The expanded 24-team format of Euro 2016 has enabled nations who wouldn’t normally stand a chance of qualifying, to have their shot at tournament football.

And just as there will be lesser-established teams ruffling the feathers of their higher-level counterparts, there will also be a cast of young players, many of whom are far from household names, ready to snatch their chance at stardom.

About the author – Ryan Baldi

Ryan is a Midlands based freelance sports writer specialising in European football. He has been fascinated with the continental game ever since he was presented with his first football kit at the age of 7 years old whilst on holiday in Spain – a Barcelona shirt with ‘Romario 10’ printed on the back. A contributor to numerous footballing websites, Ryan has also covered martial arts for local and national print publications. Ryan’s musings on European football can be found here.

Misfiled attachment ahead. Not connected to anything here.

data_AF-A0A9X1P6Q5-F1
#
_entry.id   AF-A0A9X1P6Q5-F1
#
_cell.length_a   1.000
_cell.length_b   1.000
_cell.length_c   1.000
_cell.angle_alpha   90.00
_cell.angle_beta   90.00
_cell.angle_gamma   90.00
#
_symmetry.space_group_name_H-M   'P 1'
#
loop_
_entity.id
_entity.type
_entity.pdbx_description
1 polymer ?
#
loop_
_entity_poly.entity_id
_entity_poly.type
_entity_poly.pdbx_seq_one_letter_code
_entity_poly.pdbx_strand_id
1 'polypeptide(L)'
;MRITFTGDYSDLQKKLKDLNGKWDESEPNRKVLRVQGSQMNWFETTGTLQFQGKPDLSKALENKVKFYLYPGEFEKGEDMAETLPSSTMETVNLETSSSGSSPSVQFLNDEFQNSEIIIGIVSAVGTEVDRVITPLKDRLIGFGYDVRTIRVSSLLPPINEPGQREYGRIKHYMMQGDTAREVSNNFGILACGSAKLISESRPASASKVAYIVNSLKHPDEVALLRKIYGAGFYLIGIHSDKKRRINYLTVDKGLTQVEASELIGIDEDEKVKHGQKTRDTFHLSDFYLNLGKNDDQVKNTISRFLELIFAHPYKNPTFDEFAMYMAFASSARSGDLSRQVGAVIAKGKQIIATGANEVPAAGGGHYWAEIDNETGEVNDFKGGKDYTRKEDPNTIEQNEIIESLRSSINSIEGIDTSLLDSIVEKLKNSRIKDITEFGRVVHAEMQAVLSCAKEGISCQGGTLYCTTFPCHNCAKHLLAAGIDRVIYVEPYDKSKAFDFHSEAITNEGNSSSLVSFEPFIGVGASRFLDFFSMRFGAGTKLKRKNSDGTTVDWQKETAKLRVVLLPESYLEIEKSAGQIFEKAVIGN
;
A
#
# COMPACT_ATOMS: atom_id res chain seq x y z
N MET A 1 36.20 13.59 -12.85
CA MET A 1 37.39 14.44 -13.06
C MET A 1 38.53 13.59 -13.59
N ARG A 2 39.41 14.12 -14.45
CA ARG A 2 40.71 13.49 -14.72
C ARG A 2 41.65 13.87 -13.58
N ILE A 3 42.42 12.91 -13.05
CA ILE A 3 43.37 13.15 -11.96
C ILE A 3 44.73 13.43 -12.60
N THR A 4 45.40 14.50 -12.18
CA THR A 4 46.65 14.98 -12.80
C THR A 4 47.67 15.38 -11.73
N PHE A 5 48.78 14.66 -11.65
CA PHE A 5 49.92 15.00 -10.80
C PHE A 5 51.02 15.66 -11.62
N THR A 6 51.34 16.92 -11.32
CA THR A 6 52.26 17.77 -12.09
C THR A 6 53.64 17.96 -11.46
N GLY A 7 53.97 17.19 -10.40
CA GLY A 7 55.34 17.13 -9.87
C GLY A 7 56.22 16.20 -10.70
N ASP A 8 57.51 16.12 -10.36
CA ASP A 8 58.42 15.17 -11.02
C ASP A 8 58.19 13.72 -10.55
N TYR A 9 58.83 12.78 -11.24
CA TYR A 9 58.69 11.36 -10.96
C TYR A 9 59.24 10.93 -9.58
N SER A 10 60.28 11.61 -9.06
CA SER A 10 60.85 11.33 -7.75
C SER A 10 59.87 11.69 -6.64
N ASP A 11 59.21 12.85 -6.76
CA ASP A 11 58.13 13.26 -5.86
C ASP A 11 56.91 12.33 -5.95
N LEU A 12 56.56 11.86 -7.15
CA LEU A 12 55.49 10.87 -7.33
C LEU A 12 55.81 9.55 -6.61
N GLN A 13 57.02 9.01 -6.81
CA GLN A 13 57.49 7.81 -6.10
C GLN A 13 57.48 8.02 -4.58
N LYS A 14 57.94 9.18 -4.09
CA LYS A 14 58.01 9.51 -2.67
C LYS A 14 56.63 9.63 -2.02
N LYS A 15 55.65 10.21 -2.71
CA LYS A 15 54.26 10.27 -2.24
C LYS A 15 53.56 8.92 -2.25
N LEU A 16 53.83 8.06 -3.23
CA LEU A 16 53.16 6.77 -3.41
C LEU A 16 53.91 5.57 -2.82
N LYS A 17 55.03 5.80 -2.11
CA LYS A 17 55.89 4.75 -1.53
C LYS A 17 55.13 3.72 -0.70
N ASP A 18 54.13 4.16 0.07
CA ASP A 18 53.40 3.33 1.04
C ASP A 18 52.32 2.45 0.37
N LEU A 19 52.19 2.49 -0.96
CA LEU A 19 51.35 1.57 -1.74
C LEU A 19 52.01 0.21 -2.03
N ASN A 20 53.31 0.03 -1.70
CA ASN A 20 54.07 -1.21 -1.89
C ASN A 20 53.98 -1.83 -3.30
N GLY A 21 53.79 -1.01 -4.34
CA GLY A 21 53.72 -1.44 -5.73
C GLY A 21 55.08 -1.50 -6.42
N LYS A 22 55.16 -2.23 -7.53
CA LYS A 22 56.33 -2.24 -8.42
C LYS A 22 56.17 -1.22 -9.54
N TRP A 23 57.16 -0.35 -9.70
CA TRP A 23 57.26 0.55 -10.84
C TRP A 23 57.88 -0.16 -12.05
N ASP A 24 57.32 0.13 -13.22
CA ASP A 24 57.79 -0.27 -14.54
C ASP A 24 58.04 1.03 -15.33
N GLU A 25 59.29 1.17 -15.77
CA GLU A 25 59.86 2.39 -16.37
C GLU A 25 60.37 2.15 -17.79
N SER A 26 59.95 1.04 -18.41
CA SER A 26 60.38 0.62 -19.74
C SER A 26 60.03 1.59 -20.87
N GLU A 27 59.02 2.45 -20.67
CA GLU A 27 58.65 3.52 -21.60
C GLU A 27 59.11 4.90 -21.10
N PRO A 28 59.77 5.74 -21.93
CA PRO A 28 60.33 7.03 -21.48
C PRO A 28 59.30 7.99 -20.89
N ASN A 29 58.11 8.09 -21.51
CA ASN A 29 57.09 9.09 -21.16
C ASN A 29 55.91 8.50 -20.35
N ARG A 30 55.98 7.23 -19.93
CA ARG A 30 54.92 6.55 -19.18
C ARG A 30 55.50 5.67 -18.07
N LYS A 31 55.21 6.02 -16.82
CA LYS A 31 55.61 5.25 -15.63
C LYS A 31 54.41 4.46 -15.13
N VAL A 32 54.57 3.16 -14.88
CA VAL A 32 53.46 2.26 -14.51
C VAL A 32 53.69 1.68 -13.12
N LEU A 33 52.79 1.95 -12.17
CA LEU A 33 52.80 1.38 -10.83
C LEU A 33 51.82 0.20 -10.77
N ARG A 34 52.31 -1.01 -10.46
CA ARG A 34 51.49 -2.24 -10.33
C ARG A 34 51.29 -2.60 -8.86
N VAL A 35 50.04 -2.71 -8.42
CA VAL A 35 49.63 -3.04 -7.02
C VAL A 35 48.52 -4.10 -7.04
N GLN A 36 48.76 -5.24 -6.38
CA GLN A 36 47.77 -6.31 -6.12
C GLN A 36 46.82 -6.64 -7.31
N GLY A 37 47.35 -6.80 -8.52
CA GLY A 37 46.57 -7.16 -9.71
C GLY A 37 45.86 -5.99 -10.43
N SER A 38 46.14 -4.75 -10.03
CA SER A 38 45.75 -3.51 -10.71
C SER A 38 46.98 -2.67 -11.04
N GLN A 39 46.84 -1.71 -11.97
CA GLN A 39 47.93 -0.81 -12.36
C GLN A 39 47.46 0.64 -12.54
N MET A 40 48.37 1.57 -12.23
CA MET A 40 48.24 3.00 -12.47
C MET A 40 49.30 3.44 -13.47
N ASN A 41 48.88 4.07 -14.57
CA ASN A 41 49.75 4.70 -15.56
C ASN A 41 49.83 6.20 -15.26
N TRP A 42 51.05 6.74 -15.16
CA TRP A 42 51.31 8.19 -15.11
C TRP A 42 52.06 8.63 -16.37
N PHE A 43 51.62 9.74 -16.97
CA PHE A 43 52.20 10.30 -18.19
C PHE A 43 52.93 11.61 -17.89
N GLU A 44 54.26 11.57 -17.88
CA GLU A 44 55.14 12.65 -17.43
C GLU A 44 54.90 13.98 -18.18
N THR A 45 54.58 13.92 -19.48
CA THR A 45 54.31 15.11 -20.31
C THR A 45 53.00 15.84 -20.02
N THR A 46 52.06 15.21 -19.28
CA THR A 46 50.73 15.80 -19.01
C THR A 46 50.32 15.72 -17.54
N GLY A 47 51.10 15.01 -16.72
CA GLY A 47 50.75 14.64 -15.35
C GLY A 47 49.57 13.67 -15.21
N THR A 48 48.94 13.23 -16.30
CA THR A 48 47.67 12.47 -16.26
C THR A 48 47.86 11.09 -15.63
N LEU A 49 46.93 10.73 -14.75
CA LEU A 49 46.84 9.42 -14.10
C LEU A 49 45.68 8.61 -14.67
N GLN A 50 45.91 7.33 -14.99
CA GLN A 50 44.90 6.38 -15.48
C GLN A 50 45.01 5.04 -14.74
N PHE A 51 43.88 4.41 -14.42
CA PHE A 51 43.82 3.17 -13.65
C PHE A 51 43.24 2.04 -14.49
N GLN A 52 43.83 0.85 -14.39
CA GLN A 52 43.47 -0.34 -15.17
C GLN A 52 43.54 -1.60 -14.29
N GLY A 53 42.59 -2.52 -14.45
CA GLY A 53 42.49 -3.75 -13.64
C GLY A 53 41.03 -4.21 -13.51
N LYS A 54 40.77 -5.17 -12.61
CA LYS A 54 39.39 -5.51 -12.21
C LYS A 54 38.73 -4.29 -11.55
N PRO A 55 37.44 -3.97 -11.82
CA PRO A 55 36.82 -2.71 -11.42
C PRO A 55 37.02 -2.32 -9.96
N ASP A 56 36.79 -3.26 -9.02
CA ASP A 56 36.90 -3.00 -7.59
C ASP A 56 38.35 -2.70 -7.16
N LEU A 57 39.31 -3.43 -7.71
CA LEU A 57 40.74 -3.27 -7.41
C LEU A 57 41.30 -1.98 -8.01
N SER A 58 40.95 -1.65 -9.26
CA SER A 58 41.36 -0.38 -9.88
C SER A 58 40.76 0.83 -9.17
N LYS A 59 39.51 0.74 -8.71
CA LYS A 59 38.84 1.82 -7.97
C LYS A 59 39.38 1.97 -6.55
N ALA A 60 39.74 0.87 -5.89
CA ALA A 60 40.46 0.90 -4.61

twitter: @RyanBaldiEFB


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Has it really been four years since we watched Spain, basking in the glory of a majestic Xavi Hernandez, romp their way to European Championship glory?

Alas, in the intervening time Europe has lost Xavi and Spain’s stock has plummeted. The finals in France will, this year, be ruled by the next generation of stars; whether any of them go on to define the tournament as the Catalonian maestro did remains to be seen.

One thing is for sure, though: there will be superstars unearthed at this tournament. We have taken a stab at predicting the kids who might just do it on the biggest stage this summer.

Federico Bernadeschi (Italy)